The statement said Vyas was told that it “was a blatant violation of the Simla Agreement and the continuation of such aggressive acts could result in grave consequences for which India would be responsible.”

Meanwhile, Foreign Minister Abdul Sattar today wrote to the un secretary General Kofi Annan drawing his attention to the “Indian attack”. Mr Sattar sought his “intercession” and suggested that Annan “consider sending a personal envoy to the region with a view to urging India to desist from provocative acts”.

A formal complaint has also been lodged with the United Nations Military Observers Group in India and Pakistan (unmogip), the Foreign Office statement said.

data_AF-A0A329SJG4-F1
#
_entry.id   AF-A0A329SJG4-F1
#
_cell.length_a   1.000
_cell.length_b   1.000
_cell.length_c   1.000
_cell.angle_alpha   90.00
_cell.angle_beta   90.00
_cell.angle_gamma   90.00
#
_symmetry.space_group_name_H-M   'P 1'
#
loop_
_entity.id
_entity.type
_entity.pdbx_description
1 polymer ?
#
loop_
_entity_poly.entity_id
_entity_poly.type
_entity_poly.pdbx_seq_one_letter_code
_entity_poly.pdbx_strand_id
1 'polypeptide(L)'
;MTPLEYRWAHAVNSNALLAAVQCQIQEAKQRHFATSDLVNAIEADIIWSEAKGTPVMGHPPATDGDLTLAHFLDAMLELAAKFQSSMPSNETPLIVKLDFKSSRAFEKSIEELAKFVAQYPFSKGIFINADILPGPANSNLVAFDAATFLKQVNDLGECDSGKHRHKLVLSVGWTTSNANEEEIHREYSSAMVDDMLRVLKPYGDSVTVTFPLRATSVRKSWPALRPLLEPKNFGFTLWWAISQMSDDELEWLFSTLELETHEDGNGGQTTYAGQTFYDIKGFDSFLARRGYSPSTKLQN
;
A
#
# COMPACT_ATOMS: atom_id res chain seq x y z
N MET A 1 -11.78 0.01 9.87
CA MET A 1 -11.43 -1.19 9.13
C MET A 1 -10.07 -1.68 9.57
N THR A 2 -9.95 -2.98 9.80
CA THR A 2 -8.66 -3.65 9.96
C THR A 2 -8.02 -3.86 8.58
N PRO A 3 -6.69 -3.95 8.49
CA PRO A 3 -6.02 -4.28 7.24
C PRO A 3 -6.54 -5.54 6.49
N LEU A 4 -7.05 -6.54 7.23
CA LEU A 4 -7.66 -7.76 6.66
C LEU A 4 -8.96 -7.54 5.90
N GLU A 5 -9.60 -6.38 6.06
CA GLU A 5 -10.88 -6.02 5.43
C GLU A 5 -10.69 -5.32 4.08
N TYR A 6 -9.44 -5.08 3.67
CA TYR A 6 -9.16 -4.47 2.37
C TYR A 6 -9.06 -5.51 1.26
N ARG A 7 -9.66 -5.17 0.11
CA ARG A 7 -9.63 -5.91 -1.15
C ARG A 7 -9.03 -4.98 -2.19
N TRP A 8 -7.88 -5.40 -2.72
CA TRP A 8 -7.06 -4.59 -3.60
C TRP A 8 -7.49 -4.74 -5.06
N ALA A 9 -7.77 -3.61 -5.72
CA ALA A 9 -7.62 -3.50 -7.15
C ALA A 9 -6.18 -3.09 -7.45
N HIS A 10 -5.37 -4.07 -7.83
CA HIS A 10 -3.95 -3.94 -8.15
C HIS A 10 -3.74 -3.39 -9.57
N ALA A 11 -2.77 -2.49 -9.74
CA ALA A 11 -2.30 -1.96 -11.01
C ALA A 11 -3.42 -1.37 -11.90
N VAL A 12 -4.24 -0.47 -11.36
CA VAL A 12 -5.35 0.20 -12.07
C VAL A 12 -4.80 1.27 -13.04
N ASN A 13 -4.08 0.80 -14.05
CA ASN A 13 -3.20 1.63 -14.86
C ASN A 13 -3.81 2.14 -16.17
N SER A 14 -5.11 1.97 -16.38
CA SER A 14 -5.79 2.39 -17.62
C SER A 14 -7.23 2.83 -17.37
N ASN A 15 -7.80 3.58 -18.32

Zargar back in Kashmir

ISLAMABAD, Jan 24 (AP) — Mushtaq Ahmed Zargar, one of the three militants freed last month to end the hijacking of an Indian Airlines plane, has returned to Kashmir to join the insurgency, his outfit said today.

Zargar, chief of the Al Umar Mujahideen outfit, has returned to Kupwara district of Jammu and Kashmir, the group’s Urdu statement said.

The most prominent of the three freed militants, Maulana Masood Azhar, a Pakistani national in jail since 1994, returned to Pakistan soon after the hijacking which ended in Kandahar in southern Afghanistan. At that time, Azhar said all three of the freed militants crossed into Pakistan.

The whereabouts of the third freed prisoner, Ahmed Omar Sayed Sheikh, a Pakistan-born British national, is not known.